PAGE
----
The White House has refused to back down after revoking CNN reporter Jim Acosta’s access despite a backlash from the journalist community and claims that the video of the argument had been altered.
“The question is: did the reporter make contact or not? The video is clear, he did. We stand by our statement,” the statement from the White House press service reads.
Press Secretary Sarah Sanders earlier defended the ban on Twitter, posting a video which was reportedly first shared by the conspiracy theory website InfoWars.
We stand by our decision to revoke this individual’s hard pass. We will not tolerate the inappropriate behavior clearly documented in this video. pic.twitter.com/T8X1Ng912y— Sarah Sanders (@PressSec) 8 ноября 2018 г.
Research Director of the Tow Center for Digital Journalism at Columbia University Jonathan Albright and other observers later said the clip was likely doctored to make Acosta appear more aggressive than he actually was. The White House News Photographers Association called Sander’s actions unethical.
However, InfoWars video producer Paul Joseph Watson called allegations a “brazen lie”.
Questioning Donald Trump during a press conference after the US midterm elections, Acosta aggressively pressed for answers, even when the US president had moved on to other reporters.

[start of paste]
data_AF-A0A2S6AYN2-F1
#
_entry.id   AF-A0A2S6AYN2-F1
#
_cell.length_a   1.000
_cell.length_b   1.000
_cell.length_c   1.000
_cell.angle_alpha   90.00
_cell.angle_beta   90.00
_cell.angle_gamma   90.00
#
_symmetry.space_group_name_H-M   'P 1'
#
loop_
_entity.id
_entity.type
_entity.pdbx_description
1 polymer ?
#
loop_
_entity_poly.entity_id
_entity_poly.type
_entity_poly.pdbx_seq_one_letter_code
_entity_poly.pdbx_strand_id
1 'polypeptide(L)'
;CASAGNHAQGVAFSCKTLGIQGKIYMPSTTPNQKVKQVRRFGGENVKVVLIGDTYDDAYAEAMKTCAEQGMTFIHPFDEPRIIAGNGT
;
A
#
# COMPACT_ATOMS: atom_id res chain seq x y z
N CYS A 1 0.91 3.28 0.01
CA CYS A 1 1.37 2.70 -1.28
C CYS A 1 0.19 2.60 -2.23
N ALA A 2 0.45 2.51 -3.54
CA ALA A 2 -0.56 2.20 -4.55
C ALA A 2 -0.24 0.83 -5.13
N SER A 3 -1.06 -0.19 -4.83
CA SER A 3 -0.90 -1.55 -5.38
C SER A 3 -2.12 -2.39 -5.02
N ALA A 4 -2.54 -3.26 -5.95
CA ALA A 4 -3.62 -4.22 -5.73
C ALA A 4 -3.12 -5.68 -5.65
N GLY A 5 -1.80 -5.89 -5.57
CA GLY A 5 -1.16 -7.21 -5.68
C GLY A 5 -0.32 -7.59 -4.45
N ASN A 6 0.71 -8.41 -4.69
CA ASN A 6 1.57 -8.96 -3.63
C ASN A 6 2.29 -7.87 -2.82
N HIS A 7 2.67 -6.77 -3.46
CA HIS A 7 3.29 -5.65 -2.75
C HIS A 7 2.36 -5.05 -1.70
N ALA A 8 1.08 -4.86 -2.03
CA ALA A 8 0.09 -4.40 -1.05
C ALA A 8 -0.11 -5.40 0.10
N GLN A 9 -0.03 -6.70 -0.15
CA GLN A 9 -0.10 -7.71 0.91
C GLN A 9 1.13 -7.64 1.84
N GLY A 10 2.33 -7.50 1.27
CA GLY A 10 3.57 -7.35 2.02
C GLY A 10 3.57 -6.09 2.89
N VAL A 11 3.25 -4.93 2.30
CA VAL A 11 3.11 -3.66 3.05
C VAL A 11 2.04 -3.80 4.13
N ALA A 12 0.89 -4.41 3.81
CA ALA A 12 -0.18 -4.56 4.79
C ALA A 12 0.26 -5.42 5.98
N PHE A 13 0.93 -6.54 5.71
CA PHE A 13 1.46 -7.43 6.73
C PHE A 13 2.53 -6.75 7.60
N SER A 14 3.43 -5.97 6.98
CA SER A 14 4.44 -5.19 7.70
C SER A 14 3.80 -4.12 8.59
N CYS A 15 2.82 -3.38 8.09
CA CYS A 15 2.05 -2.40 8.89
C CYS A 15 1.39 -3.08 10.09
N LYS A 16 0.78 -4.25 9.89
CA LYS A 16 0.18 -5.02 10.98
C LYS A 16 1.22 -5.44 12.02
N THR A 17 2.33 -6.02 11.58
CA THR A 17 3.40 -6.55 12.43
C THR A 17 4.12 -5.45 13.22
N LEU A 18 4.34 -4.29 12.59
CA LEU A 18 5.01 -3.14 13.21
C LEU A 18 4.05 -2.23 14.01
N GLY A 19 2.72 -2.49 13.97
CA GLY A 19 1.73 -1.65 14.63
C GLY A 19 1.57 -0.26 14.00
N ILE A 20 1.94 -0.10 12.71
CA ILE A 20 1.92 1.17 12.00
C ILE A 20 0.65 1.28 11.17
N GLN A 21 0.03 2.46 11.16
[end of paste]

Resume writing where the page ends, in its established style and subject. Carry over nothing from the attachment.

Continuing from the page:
It prompted a heated argument, and when a White House intern took the microphone away from Acosta, he wasn’t eager to let go. Trump called the journalist a "rude terrible person" and accused his network CNN of reporting "fake news." Later Sarah Sanders tweeted that Acosta had been "placing hands" on the intern. She promised to revoke Acosta's White House pass until further notice and slammed Acosta’s employer.
“The fact that CNN is proud of the way their employee behaved is not only disgusting, it‘s an example of their outrageous disregard for everyone, including young women who work in this Administration,” she said.
Reacting to the incident, CNN lambasted the ban as retaliation and accused Sanders of lying.
The decision drew a fierce backlash from the journalistic community. The White House Correspondents Association called on the White House to "immediately reverse this weak and misguided action" and accused Sarah Sanders of lying.
The Committee to Protect Journalists (CPJ) slammed the White House for the move as well.
"The White House should immediately reinstate Jim Acosta's press pass, and refrain from punishing reporters by revoking their access — that's not how a free press works," their statement says.